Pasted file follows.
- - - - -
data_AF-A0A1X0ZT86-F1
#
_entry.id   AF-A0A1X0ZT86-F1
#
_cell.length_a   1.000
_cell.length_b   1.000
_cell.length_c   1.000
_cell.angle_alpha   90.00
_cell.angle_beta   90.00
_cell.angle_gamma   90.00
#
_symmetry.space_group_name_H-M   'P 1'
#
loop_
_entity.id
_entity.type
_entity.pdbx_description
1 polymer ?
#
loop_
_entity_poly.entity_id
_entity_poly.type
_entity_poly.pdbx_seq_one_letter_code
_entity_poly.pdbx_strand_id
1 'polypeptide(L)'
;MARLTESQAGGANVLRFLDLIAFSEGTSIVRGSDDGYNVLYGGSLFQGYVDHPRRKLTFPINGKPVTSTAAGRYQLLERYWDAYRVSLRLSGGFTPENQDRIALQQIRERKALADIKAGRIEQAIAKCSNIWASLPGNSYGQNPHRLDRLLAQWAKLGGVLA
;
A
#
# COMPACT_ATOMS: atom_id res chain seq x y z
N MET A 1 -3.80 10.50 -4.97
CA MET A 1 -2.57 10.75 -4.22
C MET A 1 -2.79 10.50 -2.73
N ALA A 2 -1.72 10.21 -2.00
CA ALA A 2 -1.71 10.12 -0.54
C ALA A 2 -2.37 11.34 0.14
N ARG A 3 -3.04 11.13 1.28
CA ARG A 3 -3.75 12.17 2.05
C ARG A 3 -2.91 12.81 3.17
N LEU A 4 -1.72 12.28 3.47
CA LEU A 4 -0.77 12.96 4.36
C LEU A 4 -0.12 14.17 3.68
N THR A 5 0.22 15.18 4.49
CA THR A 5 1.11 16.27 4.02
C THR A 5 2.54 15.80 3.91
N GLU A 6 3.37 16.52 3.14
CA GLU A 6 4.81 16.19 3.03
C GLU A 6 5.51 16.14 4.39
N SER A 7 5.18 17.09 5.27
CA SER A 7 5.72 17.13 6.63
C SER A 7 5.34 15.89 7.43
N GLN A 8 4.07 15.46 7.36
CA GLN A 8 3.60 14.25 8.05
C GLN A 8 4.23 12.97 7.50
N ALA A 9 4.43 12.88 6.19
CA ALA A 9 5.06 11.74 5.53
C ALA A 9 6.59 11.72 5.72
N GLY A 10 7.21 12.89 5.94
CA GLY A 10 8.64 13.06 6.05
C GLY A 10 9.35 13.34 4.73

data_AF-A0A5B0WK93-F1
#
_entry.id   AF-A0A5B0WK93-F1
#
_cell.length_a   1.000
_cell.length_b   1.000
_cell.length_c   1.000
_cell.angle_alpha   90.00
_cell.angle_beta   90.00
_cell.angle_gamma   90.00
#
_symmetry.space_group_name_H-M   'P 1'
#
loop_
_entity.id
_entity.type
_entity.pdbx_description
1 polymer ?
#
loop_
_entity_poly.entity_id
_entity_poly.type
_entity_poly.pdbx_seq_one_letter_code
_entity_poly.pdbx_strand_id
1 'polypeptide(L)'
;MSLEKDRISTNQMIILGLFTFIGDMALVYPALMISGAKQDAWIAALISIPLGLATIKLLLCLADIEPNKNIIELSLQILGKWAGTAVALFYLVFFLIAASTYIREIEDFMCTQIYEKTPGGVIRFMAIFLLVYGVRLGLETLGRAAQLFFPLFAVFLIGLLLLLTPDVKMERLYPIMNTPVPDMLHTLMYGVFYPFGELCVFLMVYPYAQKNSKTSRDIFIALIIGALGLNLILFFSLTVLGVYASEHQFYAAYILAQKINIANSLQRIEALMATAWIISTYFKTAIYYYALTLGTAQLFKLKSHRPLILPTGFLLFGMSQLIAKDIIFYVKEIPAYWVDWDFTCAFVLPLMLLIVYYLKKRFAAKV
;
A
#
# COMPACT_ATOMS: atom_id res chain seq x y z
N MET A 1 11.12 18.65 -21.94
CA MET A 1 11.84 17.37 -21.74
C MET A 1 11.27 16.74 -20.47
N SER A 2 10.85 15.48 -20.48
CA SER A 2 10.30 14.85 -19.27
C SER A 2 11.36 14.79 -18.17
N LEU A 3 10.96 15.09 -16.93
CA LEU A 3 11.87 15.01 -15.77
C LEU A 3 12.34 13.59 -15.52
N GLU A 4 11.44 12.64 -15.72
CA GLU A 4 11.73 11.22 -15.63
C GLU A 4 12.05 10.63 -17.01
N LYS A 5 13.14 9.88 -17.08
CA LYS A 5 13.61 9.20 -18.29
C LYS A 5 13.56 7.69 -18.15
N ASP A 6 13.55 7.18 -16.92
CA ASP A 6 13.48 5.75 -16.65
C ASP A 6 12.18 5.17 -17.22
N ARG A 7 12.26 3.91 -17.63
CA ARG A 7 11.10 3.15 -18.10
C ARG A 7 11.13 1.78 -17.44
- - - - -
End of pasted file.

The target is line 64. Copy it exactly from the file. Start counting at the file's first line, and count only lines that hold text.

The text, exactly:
#